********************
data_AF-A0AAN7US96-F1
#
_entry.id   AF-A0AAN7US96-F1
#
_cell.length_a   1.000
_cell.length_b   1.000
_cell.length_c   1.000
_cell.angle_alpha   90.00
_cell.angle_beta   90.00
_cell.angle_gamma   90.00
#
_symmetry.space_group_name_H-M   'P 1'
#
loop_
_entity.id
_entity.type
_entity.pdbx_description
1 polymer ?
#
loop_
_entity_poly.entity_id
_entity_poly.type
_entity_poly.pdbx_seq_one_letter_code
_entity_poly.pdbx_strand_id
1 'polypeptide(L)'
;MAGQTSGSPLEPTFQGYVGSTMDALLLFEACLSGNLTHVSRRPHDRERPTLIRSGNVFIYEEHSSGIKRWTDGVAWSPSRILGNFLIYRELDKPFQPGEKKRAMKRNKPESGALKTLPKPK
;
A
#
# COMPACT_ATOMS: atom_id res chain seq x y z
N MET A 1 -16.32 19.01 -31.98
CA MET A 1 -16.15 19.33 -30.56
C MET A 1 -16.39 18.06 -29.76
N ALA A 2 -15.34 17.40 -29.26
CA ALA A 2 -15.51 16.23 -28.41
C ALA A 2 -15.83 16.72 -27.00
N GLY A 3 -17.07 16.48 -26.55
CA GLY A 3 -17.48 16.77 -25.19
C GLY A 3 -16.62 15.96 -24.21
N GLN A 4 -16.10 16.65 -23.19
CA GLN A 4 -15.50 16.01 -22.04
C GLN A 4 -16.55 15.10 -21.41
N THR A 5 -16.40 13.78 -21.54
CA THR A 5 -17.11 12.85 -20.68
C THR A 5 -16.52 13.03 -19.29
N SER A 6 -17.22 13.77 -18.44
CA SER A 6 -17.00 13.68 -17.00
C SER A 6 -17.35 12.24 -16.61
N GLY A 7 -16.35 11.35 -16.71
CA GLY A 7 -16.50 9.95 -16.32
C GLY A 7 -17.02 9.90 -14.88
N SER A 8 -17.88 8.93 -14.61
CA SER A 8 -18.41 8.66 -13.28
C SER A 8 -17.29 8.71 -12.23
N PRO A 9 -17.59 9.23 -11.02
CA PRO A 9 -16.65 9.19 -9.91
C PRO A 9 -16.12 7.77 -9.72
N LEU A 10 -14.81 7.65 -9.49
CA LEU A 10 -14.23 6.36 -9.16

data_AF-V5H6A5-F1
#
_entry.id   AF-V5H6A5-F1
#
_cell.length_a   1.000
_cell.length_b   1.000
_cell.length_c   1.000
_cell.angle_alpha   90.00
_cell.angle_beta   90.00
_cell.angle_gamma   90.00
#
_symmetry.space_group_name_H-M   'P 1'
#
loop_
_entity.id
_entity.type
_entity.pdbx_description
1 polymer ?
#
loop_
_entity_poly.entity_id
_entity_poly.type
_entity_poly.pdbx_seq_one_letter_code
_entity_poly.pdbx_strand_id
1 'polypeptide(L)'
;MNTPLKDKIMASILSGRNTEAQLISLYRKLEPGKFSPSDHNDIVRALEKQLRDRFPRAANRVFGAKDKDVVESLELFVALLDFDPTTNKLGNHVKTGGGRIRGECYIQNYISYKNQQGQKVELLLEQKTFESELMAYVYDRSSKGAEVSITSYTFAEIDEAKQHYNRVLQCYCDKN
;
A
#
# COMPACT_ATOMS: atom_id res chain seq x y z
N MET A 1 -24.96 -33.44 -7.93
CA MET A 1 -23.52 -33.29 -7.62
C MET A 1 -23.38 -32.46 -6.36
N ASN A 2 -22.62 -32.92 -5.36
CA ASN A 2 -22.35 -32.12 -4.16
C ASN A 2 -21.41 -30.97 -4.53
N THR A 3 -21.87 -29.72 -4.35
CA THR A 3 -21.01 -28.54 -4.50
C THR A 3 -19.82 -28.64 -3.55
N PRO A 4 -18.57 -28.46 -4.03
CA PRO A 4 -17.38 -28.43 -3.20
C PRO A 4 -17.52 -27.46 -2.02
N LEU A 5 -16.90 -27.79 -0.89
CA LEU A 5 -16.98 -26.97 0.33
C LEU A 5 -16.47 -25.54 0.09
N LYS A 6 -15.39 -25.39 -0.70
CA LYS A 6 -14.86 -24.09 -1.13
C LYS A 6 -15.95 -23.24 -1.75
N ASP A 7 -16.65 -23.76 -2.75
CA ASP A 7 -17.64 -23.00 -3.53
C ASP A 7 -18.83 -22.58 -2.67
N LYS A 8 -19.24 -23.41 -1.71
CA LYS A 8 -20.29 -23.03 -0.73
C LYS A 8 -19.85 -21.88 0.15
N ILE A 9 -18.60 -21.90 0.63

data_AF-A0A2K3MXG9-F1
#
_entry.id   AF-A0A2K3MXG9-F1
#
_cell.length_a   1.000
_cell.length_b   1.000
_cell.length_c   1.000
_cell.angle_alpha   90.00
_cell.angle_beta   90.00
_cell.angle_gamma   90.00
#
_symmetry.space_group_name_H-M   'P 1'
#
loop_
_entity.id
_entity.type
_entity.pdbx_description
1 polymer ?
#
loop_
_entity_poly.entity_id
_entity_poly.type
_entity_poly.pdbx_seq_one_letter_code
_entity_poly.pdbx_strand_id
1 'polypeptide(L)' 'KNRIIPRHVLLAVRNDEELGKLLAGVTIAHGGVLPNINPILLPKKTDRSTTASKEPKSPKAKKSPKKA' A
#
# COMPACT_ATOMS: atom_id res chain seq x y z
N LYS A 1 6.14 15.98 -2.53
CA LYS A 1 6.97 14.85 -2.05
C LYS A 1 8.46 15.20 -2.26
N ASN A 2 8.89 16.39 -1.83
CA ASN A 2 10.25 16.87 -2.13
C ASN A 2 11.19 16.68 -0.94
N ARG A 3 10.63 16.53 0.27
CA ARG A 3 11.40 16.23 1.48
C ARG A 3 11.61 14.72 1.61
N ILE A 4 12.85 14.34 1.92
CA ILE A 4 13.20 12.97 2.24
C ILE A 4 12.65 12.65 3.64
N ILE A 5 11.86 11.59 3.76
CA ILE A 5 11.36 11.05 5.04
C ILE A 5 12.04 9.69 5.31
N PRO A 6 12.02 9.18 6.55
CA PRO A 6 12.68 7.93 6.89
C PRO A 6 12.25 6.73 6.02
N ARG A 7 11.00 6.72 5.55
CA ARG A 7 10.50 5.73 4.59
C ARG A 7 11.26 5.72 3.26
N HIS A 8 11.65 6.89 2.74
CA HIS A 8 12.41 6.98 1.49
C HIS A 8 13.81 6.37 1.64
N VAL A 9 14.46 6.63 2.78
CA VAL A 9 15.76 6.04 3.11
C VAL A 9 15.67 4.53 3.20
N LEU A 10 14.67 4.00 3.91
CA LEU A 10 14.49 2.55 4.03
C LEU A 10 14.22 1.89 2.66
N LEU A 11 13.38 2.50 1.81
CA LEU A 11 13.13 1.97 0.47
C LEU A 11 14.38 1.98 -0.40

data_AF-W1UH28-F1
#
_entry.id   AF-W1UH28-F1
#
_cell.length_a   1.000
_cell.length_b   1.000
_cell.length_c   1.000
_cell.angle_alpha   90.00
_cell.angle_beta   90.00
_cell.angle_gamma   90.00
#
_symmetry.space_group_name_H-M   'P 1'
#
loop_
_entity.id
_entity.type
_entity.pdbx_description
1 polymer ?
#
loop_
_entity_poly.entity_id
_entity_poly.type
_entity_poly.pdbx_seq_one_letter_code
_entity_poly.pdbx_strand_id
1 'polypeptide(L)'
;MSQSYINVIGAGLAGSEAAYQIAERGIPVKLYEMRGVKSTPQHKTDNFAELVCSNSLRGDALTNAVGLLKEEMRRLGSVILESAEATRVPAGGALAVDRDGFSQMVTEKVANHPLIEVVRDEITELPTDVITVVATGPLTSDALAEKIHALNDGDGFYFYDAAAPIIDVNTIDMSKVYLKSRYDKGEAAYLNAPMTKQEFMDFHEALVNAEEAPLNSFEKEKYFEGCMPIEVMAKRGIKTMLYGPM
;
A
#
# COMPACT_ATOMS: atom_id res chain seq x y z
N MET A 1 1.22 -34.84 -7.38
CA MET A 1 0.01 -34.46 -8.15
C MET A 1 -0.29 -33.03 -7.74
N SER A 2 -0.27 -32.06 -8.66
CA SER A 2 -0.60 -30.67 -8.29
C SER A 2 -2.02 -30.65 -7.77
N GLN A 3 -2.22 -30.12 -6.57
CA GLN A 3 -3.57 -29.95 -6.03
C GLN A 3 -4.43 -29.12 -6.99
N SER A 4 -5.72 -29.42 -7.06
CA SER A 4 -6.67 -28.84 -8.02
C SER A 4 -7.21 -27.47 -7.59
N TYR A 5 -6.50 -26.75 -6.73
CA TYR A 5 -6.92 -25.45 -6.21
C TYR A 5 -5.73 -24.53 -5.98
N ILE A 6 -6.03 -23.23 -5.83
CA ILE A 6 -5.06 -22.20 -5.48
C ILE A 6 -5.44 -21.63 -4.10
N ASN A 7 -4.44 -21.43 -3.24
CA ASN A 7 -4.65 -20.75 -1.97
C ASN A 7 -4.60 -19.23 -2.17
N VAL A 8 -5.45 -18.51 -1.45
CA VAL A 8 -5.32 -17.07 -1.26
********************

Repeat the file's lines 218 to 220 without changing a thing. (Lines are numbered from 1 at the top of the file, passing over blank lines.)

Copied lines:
CA TYR A 5 -6.92 -25.45 -6.21
C TYR A 5 -5.73 -24.53 -5.98
N ILE A 6 -6.03 -23.23 -5.83